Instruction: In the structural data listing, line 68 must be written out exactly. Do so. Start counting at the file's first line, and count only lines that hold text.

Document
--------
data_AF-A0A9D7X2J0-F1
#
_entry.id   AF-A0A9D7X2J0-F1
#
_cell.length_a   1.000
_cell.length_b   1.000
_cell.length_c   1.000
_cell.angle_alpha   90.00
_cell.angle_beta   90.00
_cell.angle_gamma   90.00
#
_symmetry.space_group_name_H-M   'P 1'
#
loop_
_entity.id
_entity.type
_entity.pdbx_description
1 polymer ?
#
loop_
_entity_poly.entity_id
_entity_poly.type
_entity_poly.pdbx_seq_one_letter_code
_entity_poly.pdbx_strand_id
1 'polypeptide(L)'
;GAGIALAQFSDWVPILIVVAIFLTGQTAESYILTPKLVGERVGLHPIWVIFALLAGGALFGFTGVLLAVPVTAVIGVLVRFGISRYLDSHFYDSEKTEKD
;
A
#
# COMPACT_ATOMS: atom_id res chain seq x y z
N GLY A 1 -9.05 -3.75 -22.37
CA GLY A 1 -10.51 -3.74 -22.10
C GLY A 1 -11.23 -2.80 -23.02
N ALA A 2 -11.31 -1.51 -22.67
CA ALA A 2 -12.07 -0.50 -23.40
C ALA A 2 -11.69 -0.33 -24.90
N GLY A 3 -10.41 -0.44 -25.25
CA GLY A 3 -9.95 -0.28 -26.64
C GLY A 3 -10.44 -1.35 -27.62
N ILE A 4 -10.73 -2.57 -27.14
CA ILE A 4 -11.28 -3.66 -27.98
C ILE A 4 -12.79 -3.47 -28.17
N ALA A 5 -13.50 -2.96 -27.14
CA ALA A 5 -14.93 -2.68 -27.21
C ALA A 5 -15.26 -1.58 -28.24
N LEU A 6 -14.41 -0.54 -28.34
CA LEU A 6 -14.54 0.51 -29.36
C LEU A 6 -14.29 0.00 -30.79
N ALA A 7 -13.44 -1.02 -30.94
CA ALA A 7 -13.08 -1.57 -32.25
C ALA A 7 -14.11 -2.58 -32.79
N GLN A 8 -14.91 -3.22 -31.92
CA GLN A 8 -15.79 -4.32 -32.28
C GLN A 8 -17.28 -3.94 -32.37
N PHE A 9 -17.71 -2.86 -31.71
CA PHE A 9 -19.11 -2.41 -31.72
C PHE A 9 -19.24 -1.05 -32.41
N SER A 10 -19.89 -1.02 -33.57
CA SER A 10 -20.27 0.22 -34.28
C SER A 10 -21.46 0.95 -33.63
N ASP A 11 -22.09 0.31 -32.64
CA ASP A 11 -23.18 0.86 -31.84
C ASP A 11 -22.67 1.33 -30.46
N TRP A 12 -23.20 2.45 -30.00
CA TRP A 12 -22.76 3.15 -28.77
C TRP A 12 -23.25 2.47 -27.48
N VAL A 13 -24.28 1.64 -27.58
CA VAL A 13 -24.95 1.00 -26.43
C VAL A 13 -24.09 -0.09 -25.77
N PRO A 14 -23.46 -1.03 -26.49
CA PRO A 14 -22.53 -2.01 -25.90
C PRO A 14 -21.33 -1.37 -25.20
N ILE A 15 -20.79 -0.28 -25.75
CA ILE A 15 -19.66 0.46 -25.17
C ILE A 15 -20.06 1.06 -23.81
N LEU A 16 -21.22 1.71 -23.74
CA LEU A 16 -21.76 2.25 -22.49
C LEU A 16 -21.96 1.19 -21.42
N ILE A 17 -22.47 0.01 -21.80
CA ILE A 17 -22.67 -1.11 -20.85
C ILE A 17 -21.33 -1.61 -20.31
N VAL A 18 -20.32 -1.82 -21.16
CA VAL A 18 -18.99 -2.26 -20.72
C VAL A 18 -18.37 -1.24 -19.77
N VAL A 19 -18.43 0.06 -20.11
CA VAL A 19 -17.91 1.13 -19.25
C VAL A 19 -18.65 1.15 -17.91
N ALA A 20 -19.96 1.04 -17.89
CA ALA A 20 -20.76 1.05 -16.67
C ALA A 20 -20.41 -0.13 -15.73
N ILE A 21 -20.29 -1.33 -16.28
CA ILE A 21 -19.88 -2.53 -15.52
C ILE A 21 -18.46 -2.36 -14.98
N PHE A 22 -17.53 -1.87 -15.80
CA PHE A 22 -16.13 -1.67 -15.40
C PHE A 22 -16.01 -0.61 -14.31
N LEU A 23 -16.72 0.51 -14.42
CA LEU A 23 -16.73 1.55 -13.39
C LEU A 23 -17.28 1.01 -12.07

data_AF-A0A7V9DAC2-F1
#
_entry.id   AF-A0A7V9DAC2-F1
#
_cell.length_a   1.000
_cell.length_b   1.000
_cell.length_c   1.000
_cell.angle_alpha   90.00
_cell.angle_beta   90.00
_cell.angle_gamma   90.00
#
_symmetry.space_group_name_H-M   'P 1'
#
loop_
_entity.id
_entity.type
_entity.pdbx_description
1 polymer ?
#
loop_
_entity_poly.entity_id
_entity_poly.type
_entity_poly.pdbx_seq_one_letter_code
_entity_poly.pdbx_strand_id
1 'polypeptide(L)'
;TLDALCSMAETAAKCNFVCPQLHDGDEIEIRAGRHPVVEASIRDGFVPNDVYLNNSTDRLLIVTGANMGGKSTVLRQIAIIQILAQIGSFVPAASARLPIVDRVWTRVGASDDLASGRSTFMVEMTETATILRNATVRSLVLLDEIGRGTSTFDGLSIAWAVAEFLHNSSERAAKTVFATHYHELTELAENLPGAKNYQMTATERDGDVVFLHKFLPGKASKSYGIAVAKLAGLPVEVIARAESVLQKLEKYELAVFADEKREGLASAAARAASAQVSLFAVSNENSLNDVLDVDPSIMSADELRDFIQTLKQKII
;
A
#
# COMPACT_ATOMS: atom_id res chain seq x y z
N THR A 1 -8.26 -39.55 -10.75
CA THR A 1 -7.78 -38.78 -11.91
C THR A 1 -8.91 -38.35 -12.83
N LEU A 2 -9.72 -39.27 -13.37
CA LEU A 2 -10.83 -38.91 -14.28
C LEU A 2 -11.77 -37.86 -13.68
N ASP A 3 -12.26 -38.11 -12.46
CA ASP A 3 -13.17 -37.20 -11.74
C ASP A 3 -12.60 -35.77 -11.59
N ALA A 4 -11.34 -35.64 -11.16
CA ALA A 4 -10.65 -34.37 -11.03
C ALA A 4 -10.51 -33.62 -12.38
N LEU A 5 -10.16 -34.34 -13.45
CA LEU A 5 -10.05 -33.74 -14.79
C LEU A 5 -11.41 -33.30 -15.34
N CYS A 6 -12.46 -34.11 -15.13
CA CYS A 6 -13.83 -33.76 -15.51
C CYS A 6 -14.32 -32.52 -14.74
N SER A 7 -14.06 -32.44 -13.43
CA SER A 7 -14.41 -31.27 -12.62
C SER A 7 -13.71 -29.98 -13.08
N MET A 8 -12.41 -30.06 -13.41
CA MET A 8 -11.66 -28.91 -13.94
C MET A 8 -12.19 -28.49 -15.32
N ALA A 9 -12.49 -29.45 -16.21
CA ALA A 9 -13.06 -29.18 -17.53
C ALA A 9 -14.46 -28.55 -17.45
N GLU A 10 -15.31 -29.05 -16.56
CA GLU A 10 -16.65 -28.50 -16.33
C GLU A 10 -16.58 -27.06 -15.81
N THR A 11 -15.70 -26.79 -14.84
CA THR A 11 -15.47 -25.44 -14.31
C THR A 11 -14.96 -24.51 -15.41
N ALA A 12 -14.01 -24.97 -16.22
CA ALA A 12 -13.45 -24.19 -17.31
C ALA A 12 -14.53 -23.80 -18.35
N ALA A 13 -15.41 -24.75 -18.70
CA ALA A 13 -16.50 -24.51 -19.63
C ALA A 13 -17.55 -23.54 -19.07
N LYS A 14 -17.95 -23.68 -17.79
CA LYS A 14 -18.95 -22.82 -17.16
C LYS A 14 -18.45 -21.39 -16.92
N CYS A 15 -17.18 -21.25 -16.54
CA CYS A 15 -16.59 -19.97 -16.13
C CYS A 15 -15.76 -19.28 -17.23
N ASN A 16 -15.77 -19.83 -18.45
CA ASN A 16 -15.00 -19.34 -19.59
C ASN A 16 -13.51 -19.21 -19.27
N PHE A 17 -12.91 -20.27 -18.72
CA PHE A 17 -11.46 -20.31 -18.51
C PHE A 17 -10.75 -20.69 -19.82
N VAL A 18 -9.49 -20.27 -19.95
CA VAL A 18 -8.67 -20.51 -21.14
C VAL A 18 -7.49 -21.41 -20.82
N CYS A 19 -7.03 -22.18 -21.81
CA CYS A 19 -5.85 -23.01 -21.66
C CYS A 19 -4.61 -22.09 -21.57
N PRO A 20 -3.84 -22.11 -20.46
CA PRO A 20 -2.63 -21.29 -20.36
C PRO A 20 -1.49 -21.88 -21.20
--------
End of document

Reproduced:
CA VAL A 13 -24.95 1.00 -26.43